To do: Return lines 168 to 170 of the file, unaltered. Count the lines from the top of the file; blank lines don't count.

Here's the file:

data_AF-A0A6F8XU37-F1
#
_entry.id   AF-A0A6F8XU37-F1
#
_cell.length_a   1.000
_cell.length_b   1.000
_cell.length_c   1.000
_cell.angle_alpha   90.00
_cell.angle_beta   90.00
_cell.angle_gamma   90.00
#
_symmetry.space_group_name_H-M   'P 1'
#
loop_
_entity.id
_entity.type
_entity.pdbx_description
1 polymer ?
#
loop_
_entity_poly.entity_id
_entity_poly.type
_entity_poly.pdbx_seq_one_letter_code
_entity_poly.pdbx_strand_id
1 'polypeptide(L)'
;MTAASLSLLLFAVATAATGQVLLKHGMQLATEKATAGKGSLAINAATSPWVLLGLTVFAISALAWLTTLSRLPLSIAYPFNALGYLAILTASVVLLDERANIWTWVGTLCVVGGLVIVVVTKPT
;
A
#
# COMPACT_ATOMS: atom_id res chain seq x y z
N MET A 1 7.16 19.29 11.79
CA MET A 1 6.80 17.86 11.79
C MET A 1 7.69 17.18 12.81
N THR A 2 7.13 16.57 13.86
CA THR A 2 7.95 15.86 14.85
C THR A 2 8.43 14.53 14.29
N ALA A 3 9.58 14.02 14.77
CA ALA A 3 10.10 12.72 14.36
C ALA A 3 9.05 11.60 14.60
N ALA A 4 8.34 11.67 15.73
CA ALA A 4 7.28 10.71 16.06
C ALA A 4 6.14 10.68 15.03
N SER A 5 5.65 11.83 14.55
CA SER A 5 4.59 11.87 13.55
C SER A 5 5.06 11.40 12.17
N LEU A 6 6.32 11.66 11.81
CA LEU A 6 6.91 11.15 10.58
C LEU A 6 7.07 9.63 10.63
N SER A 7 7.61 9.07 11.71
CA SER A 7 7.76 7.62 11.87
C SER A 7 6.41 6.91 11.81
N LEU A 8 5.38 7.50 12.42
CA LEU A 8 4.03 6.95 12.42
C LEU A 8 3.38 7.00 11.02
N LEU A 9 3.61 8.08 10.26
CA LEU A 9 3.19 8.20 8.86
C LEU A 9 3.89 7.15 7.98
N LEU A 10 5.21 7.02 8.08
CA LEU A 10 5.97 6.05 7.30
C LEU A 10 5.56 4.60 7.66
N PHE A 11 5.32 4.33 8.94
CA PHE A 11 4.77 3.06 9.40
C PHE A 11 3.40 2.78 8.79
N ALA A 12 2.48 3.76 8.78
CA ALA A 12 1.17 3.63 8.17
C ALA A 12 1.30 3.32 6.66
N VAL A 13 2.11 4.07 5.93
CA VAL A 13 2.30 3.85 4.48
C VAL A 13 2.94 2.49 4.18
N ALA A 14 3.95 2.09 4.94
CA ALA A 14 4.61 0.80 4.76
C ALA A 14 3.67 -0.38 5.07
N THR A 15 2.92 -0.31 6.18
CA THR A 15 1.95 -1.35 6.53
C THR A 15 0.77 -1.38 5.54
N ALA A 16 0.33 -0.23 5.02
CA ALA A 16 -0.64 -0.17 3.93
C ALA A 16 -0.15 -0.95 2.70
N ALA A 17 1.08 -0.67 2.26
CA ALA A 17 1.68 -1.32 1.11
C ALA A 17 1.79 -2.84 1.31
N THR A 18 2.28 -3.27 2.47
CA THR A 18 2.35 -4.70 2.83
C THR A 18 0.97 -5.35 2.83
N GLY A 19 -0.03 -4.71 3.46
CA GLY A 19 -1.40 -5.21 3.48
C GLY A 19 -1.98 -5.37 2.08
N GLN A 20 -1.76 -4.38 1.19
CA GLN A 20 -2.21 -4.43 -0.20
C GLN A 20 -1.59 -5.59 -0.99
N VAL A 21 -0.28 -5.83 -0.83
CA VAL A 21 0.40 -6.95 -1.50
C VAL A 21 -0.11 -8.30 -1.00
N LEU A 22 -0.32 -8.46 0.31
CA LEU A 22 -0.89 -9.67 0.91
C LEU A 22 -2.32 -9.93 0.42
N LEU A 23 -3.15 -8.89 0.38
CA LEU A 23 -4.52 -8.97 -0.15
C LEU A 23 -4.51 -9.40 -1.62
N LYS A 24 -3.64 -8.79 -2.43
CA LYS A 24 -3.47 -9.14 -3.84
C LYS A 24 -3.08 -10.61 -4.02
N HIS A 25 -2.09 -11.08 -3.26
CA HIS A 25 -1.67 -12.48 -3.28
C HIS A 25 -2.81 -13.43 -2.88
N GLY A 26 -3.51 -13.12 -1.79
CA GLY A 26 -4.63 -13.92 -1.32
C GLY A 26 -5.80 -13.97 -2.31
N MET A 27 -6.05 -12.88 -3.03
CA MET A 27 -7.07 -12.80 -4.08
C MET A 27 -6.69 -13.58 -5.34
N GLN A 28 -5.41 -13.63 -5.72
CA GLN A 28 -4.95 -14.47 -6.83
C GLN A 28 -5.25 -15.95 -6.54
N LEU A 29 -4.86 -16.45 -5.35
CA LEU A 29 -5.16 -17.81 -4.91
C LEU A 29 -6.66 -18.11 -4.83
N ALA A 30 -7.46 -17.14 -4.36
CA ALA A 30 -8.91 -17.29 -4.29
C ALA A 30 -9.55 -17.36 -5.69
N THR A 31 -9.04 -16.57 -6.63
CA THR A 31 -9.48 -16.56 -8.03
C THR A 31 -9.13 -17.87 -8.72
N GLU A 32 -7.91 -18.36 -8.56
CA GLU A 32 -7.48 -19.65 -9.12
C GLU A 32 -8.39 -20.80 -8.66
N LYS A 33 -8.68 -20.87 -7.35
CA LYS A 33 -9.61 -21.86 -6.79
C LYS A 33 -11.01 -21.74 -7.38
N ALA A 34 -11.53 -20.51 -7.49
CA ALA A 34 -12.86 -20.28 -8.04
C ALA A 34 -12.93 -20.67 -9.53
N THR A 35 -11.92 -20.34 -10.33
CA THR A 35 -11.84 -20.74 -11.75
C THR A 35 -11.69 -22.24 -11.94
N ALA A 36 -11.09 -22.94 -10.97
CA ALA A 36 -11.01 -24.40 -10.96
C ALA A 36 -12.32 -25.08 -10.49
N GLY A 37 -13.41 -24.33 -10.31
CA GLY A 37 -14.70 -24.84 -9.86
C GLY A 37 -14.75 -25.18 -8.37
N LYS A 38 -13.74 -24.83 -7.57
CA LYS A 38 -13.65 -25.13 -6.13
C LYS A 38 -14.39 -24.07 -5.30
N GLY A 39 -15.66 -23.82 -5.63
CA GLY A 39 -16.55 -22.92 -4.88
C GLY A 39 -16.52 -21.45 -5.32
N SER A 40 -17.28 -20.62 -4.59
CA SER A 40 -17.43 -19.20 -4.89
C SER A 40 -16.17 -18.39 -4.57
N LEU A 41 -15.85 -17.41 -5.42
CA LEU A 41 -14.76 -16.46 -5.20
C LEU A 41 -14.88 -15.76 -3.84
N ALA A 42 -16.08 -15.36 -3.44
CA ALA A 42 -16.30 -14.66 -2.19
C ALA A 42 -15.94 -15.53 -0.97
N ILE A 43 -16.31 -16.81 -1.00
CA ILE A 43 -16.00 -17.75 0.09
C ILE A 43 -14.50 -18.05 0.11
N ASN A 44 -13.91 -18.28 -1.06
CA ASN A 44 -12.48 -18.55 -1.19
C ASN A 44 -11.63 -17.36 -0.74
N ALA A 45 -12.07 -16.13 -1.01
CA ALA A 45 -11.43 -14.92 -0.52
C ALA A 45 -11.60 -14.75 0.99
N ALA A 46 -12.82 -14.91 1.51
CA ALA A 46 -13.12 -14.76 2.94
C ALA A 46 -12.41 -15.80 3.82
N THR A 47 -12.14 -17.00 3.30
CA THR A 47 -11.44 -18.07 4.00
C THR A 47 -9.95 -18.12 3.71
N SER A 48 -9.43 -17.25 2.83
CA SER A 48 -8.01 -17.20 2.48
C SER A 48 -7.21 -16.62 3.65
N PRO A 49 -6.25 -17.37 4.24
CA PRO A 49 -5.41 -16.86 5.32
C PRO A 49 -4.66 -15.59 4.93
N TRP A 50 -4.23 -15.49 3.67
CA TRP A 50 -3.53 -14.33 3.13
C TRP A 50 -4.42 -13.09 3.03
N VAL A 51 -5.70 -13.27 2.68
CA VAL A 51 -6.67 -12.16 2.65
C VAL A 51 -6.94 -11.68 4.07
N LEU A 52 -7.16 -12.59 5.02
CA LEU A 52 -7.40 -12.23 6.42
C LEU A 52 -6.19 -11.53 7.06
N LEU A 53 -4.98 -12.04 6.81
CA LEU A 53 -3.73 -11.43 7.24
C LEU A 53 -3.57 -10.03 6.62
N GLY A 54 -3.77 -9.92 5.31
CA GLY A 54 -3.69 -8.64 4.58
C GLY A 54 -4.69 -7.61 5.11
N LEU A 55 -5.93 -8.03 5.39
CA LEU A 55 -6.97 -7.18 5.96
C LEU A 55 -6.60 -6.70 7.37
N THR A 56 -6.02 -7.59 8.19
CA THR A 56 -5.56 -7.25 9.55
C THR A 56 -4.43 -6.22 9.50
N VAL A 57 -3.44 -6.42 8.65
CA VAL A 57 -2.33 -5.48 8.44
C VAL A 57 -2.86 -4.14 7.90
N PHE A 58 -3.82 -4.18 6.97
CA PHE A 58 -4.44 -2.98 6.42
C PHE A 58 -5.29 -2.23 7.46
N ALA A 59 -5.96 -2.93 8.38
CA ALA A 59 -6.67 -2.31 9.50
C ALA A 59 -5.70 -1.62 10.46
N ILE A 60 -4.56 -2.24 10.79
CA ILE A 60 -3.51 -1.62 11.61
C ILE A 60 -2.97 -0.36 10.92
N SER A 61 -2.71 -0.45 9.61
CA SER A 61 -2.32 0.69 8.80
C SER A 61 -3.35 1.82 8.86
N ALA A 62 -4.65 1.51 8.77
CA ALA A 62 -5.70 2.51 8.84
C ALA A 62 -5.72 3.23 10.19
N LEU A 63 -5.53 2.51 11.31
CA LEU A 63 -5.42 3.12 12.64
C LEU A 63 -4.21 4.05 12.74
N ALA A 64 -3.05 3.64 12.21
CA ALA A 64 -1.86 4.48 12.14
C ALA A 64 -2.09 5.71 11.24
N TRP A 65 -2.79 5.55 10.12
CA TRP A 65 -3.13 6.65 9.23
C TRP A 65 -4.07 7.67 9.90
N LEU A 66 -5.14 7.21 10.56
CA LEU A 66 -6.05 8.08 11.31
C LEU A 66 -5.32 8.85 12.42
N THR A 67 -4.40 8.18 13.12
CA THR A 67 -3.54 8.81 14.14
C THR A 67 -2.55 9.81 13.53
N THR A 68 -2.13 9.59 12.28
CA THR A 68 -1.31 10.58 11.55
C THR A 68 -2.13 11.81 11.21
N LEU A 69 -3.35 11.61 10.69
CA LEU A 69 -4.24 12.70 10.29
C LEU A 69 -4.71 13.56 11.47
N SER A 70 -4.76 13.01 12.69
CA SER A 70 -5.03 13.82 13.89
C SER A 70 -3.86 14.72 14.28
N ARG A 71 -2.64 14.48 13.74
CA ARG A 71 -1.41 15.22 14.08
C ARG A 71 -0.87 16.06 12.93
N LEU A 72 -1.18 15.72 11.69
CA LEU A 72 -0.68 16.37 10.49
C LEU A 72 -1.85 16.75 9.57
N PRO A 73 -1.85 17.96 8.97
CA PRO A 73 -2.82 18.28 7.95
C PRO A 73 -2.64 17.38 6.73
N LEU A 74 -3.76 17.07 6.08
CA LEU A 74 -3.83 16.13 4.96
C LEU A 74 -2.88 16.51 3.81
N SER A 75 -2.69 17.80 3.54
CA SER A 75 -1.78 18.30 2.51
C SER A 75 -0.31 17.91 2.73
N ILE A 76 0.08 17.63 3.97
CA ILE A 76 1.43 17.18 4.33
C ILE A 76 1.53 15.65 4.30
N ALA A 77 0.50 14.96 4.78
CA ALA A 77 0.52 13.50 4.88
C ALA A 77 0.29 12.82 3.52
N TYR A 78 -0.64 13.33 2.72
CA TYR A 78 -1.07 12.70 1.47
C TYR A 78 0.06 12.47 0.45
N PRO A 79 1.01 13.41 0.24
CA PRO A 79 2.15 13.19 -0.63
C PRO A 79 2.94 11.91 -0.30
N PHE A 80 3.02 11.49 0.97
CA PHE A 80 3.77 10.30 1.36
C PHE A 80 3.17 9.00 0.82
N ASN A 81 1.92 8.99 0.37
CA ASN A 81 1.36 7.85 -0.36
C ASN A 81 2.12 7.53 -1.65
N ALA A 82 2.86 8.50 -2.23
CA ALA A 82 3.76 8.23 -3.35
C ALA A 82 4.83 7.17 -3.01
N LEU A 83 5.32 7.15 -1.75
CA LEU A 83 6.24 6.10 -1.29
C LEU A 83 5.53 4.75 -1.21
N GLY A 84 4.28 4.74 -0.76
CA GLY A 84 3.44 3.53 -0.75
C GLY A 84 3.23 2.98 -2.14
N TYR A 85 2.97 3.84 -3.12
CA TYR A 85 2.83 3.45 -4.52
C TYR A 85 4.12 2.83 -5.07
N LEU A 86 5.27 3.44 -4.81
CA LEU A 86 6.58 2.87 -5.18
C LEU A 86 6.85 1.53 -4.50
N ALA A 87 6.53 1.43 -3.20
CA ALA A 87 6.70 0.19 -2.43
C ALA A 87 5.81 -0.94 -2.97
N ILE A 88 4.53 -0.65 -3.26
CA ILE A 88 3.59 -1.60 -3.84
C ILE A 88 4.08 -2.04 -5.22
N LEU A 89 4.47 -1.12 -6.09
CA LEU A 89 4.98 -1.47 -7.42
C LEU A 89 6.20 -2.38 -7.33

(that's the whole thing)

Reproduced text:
C ALA A 46 -12.41 -15.80 3.82
N THR A 47 -12.14 -17.00 3.30
CA THR A 47 -11.44 -18.07 4.00